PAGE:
Weinstein, who was a big fan of Otto Preminger’s “Exodus,” is the distributor of the controversial film, “Miral” which premiered at the 2010 Venice Film Festival and caused great controversy in Toronto. It opens in the US in late March 2011.
“Miral,” in Weinstein’s view, is the story of the founding of the State of Israel in 1948 from the Palestinian point of view; it doesn’t shy away from showing Israelis as stern toughies.
The drama focuses on orphaned Palestinians growing up in Jerusalem and their succeeding generation. It is based on a novel by Rula Jebreal and directed by Oscar winner, Julian Schnabel. Schnabel, whose mother was President of Hadassah in Brooklyn in 1948, found the story to be poignant and felt he had to be the director to bring the story to world audiences. It also helped that Schanbel embarked on an affair with Rula Jebreal, aided her with the script, and moved her into his palao in Manhattan. Weinstein’s father was peripherally associated with the yishuv’s Haganah in the 1940’s.In the novel, Hind Husseini, a young woman from an aristocratic family, came across 55 children being unloaded from an Israeli army truck on April 10, 1948. They are left at the Damascus Gate in the Old City of Jerusalem; they turn out to be child survivors from Deir Yassin, a village that was overrun by Israeli forces in 1948. Husseini takes them in and creates the Dar El-Tiffel orphanage in East Jerusalem for them. In the novel, the lives of several women intertwine. Hind who sells her possessions to build the orphanage; Nadia, who was abused by her stepfather and becomes a belly dancer in Jaffa, is arrested for punching a Jewish woman on an Egged bus; Fatima, who is drawn to terrorism and gets three life sentences for trying to blow up a movie theater (no, it wasn’t showing a Weinstein film); and Nadiaâ€™s daughter (with her peace loving Muslim husband, Jamal), Miral, a teenager who lives through the first Intifada (1987-1993). Miral falls for Hani, a PLO activist. Will she choose radicalism or peace? Miral is acted not by an Israeli or Palestinian, but by Freida Pinto, the Indian actress from Slumdog Millionaire. Schnabel’s daughter, Stella, stars in the film as a sympathetic Israeli character.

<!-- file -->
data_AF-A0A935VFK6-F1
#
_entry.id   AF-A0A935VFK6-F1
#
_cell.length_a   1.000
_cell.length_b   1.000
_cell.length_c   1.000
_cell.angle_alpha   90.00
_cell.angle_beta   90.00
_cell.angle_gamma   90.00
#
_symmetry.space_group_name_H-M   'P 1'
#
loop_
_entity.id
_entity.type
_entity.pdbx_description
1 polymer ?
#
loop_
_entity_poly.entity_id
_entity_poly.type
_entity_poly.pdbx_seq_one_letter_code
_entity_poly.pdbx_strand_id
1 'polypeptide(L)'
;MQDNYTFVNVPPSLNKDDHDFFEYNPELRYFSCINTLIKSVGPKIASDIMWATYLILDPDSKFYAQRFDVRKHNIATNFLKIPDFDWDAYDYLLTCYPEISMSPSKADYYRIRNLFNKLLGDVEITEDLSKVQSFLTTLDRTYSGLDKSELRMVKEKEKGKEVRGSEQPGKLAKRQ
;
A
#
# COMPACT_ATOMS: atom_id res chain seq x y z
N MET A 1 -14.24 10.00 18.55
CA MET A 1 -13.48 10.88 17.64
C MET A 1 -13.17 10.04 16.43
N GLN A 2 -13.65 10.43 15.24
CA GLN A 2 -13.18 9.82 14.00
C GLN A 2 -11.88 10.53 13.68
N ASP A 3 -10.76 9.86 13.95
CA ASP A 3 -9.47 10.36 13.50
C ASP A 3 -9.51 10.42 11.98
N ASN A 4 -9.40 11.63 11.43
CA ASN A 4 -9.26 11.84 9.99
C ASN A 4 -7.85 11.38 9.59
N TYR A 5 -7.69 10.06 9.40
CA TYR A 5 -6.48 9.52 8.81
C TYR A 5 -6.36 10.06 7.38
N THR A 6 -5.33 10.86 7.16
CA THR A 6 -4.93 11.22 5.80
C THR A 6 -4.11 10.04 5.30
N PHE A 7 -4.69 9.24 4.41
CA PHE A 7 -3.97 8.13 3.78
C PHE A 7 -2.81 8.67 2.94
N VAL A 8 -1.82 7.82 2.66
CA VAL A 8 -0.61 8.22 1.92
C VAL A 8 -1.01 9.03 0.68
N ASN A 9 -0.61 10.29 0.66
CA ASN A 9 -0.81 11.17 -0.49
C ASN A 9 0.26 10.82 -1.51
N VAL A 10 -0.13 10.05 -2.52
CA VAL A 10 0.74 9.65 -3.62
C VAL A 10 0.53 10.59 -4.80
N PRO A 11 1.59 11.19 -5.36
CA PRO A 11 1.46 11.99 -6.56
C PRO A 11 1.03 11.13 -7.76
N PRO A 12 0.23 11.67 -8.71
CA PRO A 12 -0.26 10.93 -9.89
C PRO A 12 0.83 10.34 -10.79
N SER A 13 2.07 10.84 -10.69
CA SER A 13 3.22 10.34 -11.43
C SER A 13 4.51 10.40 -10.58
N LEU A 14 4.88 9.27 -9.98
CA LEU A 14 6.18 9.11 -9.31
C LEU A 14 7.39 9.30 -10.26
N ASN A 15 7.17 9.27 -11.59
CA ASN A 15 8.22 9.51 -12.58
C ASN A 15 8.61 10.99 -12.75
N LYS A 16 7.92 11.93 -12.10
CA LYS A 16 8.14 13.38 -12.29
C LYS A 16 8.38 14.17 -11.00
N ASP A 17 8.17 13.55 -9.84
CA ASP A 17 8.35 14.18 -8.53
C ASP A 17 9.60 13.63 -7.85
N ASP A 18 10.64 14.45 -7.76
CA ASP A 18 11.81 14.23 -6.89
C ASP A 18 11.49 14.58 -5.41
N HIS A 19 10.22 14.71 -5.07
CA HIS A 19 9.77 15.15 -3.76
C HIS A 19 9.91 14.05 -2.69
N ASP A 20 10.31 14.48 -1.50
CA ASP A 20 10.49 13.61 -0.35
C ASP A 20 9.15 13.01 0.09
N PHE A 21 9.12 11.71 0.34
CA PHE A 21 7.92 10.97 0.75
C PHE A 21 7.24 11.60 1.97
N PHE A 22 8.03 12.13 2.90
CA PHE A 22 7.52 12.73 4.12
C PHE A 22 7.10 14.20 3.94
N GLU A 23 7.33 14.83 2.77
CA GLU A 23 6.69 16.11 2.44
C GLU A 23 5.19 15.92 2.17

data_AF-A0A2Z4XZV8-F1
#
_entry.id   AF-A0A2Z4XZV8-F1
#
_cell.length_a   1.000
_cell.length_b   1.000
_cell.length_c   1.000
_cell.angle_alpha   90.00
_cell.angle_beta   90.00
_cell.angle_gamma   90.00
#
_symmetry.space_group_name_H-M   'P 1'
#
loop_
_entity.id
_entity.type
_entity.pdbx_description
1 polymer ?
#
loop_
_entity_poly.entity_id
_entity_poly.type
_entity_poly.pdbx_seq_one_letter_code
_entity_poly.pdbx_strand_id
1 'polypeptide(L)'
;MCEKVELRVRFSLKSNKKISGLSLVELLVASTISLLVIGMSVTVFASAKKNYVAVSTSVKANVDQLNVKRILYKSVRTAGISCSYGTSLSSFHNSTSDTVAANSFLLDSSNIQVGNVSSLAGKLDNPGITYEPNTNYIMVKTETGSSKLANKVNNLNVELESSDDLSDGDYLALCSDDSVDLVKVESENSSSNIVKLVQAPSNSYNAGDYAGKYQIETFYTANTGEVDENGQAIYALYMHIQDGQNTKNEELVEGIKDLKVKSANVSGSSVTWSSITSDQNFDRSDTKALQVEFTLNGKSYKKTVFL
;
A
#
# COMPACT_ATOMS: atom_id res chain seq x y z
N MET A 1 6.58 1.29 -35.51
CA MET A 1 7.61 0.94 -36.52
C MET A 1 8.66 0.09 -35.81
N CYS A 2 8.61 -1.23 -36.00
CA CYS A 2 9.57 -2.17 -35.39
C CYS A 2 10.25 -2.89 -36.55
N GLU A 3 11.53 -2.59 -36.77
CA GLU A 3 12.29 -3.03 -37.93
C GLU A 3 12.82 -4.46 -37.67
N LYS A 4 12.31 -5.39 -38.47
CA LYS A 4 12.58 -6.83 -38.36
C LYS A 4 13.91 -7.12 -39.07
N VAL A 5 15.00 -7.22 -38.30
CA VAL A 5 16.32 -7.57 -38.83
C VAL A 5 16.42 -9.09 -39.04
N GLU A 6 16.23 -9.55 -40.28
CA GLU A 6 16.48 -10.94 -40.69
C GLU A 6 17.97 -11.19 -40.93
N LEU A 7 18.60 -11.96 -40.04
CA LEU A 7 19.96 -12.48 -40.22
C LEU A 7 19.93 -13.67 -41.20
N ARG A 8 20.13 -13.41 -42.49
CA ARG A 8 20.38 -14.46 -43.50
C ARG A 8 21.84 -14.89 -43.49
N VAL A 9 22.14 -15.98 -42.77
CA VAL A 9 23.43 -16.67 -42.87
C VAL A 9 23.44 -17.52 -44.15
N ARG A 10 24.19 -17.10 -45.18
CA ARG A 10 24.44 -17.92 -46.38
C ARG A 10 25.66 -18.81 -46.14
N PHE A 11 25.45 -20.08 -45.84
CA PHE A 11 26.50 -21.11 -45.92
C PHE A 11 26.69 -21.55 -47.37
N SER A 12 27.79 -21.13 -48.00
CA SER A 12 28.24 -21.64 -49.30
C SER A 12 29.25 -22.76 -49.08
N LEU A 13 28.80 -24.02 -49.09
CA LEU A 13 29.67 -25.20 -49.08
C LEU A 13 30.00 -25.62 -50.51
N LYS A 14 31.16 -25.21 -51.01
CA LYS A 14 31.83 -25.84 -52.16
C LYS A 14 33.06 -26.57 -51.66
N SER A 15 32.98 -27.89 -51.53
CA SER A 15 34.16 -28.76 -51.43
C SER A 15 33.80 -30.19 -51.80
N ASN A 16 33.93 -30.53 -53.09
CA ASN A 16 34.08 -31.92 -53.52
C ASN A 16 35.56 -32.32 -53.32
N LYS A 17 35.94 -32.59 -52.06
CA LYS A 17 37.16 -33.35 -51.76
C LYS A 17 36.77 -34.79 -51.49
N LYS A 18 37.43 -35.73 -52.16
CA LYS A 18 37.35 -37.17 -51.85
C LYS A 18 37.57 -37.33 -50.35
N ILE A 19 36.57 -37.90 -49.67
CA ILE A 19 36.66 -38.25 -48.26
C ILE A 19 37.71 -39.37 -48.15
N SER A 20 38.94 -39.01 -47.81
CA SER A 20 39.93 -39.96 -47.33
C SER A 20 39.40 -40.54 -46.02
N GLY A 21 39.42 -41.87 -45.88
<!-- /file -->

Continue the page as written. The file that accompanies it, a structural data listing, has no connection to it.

Rula Jebreal, the author of the novel and co-author of the screenplay, was born in Haifa in 1973 and then lived with her family in East Jerusalem. At the age of five, she was brought to Dar El-Tifel orphanage after the death of her mother. She received a degree in physiotherapy from Bologna University and became a writer and journalist specializing in Arab and Israeli affairs for Il Resto del Carlino, Il Giorno e La Nazione and Il Messaggero. She had a daily TV talk show in Italy, but has lived with Schnabel in New York City since making the film.
Should Mrs. Weinstein lose sleep over this film? Should the AJC and other group’s complain about it? No. It is a slow paced, lethargic film with unnatural dialogue; it is inauthentic, and the story is not very compelling. If Weinstein and Schnabel expected the film to be the Exodus and Cast A Giant Shadow for Palestinians, they chose the wrong script, story, and directorial style. Israeli films by Israeli Jews have been more controversial than this tedious indulgence. Maybe Weinstein is simply creating a controversy around the film just to create a buzz and sell some tickets?